Books: A Batch of Mini-Reviews

Posted 3 May, 2018 by Lianne in Books / 2 Comments

Hallo everyone! This is my first review here on the blog in quite a while, and suffice to say I’m starting off small because I read a small bit in the last few weeks but unfortunately didn’t jot down enough notes to remember them all in-depth. So here we are instead 😛 Included in this batch are:


Drafts, Fragments, and Poems: The Complete Poetry
By: Joan Murray
Format/Source: Paperback; my purchase

The first appearance of this award-winning writer’s work since the 1940s, this collection, which includes an introduction by John Ashbery, restores Joan Murray’s striking poetry to its originally intended form.

Though John Ashbery hailed Joan Murray as a key influence on his work, Murray’s sole collection, Poems, published after her death at the early age of twenty-four and selected by W. H. Auden for inclusion in the Yale Series of Younger Poets, has been almost entirely unavailable for the better part of half a century. Poems was put together by Grant Code, a close friend of Murray’s mother, and when Murray’s papers, long thought to be lost, reappeared in 2013, it became clear that Code had exercised a heavy editorial hand. This new collection, edited by Farnoosh Fathi from Murray’s original manuscripts, restores Murray’s raw lyricism and visionary lines, while also including a good deal of previously unpublished work, as well as a selection of her exuberant letters.

Okay, I never heard of Joan Murray until I saw the Instagram account for NYRB post about this upcoming collection and posted a few snippets of her poetry. I was intrigued–read a lot of high praise about her work–so I decided to check her work out. Admittedly I read this book a few months ago and did not write any notes anywhere so my memory of my reaction to this book is a bit hazy but I remember enjoying it, the imagery choice she uses was quite intriguing. But the impression that was left in my mind first and foremost was that reminder that poetry can be whatever you make it to be, however you want to express yourself using the words at your disposal, arranged by way your mind, perspective, and creativity makes of it.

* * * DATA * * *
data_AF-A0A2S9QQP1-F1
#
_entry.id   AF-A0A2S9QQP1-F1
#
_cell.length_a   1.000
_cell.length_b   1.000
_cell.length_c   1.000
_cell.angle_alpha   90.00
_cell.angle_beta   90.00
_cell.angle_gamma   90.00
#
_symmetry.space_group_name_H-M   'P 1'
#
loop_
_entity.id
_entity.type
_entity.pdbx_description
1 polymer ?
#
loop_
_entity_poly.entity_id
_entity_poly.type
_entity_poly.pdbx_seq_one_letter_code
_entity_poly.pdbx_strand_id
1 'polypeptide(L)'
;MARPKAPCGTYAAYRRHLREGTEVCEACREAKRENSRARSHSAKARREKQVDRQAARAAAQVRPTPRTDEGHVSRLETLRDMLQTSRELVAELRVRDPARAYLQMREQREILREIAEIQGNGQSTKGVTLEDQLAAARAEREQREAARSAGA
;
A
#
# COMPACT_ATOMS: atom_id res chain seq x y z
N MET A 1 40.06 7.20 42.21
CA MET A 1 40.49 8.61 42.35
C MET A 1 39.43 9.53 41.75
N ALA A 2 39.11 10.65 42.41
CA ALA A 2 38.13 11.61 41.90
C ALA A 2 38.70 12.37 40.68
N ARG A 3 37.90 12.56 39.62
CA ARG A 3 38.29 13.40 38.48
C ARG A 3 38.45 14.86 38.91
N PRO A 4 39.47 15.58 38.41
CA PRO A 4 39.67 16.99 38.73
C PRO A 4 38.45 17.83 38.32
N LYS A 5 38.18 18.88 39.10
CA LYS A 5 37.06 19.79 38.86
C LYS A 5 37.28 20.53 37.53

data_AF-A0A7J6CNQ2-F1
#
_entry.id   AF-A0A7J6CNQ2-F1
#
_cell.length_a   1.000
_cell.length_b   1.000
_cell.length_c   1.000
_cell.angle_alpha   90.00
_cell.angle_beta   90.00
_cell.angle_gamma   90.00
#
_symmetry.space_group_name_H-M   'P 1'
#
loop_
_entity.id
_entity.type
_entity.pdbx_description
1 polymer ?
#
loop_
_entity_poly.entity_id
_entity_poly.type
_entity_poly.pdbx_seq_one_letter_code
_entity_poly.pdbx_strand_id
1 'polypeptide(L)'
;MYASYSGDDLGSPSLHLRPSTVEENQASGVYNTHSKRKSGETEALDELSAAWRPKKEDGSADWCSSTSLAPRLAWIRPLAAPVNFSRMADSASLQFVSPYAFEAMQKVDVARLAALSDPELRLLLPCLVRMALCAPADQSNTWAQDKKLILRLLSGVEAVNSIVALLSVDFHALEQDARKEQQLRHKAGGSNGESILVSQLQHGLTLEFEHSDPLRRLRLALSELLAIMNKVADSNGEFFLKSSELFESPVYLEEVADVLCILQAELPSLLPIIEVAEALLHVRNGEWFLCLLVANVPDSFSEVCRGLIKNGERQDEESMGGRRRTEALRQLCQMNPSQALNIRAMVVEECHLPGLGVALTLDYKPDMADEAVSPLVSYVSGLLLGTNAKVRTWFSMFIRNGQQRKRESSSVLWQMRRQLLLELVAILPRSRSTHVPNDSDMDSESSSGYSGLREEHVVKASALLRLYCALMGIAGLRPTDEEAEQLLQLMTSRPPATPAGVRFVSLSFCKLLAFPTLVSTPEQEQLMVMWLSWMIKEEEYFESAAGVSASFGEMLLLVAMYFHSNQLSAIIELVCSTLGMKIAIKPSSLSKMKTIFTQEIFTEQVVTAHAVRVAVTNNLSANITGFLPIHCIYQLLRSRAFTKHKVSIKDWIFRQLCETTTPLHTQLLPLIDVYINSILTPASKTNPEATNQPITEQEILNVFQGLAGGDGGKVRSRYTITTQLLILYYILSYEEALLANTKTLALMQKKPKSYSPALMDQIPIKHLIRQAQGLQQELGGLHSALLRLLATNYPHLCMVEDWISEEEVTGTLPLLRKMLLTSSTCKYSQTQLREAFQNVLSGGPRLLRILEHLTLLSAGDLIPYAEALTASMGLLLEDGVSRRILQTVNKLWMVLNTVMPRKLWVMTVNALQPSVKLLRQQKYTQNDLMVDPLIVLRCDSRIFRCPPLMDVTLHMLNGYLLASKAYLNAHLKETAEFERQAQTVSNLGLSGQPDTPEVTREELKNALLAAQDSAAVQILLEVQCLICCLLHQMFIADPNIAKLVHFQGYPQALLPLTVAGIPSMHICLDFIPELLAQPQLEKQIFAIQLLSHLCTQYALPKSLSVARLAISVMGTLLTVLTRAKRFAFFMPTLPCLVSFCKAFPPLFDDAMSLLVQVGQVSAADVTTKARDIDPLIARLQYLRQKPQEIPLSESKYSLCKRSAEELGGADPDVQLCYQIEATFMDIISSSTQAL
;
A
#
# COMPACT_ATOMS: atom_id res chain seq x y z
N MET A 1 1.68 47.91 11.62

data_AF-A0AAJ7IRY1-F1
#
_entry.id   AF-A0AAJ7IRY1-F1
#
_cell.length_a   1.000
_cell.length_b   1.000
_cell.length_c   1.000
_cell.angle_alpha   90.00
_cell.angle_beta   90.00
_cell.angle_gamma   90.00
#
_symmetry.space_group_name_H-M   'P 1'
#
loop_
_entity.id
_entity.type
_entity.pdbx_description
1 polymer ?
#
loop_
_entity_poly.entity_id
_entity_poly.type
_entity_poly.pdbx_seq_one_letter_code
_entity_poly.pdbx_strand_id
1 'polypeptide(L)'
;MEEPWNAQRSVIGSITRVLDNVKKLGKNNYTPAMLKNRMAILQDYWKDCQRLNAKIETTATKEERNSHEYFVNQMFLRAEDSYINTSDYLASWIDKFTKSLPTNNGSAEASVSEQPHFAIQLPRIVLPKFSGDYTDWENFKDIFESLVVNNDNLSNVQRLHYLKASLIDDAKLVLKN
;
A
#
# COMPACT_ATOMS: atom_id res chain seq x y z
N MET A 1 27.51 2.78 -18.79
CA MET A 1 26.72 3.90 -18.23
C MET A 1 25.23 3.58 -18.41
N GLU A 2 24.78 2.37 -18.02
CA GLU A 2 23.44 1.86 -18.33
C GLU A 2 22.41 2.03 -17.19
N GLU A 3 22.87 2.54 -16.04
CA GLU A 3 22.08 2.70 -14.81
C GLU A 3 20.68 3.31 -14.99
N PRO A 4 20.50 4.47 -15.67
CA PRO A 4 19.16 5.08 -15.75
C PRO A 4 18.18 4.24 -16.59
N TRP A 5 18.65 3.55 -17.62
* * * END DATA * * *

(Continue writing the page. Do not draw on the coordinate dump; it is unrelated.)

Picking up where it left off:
So yeah, if you’re looking for new poets from the early twentieth century to check out, definitely look in to this book! It’s great that NYRB is showcasing so many different poets from different periods, I’m finding out about lots of new poets this way 🙂

Rating: ★★★★☆

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All We Saw
By: Anne Michaels
Format/Source: Paperback; my purchase

In this passionate, profound collection, Anne Michaels explores one of her essential concerns: ‘what love makes us capable of, and incapable of’. Here is the paradox at the heart of loss, the ways in which passion must accept, must insist, that ‘death … give/not only take from us’. A sea in darkness, a woman’s hair shining in light, rain falling… how quiet must a voice be in order to be heard? In this way, desire is evoked with intensity and precision. By the end, we are left with a renewed awareness of the mystery at the core of existence; we enter a space that is ‘not inside, not outside: / dusk’s doorway,’ where love remains alive.

I first found out about Anne Michaels when Penguin Random House was promoting this book and they posted up a poem by her, May Love Seize You (disappointingly not in this collection, I should add). I was immediately taken by the poem and decided to check out her poetry. How did I not get around to her poems sooner? She’s Canadian AND based here in Toronto and her poems are beautiful; they’re sparse, brief, but filled with meaning and beauty. Indeed this collection does look at life and loss and where do we go from there, the quiet that comes after such loss. It’s too short, lol, but it definitely crystalised an interest to check out her earlier works.

Rating: ★★★★★

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Notes of Nationalism
By: George Orwell
Format/Source: Paperback; my purchase

In this essay, Orwell discusses the notion of nationalism, and argues that it causes people to disregard common sense and become more ignorant towards factuality. Orwell shows his concern for the social state of Europe, and in a broader sense, the entire world, due to an increasing amount of influence of nationalistic sentiment occurring throughout a large number of countries.